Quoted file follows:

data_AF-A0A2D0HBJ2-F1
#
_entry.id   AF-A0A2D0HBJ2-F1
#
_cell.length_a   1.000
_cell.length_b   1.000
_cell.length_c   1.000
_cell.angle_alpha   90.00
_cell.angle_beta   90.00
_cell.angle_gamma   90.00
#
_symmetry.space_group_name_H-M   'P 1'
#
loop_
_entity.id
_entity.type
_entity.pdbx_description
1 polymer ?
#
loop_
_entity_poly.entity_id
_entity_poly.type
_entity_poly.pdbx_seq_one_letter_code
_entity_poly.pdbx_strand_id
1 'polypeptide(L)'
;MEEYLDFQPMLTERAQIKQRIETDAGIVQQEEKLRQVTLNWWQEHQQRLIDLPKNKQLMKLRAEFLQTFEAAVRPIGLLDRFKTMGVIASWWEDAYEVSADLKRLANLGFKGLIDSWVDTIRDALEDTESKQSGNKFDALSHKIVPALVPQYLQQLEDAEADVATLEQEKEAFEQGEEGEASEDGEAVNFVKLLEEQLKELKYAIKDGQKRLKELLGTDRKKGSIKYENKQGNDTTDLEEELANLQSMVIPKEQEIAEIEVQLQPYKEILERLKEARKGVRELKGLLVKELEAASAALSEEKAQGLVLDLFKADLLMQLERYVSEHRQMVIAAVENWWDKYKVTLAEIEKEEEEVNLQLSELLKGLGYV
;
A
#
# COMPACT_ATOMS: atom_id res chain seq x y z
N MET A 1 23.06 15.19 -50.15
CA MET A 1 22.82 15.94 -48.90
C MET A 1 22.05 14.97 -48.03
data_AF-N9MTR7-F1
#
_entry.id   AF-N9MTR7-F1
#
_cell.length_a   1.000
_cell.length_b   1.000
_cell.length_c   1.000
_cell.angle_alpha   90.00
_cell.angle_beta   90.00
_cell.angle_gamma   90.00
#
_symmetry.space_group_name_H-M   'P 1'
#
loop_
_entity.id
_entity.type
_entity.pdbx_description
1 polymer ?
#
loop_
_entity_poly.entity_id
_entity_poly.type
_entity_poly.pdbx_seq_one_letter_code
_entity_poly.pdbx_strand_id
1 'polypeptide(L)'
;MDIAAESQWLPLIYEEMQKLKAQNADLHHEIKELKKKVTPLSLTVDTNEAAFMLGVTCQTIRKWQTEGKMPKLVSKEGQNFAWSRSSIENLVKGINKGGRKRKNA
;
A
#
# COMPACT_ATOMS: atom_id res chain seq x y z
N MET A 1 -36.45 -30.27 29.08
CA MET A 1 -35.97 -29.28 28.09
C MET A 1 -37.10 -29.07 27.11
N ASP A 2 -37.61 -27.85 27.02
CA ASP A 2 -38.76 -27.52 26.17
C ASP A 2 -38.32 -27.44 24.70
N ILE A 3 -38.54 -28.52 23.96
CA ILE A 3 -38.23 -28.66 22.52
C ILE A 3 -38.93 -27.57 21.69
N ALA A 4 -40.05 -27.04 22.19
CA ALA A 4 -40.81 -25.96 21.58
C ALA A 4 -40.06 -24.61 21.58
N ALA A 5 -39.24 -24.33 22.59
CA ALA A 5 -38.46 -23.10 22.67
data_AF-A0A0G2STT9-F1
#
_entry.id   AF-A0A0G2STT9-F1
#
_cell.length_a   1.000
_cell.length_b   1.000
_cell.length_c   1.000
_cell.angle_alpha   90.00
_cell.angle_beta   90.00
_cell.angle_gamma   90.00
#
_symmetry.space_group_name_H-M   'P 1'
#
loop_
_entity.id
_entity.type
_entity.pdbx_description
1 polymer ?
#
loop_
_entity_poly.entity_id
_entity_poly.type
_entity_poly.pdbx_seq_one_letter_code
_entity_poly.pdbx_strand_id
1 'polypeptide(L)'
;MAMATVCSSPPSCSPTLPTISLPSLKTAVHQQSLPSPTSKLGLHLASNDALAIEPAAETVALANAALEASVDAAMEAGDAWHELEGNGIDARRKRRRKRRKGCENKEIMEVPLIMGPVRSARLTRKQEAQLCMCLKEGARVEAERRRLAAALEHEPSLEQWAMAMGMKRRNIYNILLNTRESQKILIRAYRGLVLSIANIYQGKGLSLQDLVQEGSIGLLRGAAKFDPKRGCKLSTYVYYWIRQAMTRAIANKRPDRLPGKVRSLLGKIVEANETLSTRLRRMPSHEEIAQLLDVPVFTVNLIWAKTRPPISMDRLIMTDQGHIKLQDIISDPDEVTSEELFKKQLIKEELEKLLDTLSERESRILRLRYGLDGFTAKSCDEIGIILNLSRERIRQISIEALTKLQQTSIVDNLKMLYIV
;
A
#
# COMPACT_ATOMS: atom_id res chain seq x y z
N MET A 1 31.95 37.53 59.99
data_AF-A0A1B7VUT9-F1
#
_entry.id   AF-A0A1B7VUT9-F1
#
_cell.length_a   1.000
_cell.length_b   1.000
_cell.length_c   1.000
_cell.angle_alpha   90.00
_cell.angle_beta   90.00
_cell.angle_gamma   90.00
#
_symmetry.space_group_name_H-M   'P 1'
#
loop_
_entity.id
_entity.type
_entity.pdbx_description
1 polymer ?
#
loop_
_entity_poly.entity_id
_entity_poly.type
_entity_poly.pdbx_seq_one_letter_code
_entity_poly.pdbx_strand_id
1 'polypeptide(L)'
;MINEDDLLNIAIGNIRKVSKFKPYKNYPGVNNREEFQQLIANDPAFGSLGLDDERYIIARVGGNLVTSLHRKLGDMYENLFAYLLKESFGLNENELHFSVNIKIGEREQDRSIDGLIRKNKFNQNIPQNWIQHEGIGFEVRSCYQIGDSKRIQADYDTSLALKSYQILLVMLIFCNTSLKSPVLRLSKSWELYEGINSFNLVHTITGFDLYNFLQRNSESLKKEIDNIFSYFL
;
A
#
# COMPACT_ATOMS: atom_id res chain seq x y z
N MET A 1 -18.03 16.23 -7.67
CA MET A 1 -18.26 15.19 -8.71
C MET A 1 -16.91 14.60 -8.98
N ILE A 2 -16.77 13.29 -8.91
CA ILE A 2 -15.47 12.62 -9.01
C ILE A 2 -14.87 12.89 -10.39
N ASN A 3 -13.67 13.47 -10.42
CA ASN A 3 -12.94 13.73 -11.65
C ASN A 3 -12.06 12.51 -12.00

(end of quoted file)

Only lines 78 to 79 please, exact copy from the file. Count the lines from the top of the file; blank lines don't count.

data_AF-A0A0G2STT9-F1
#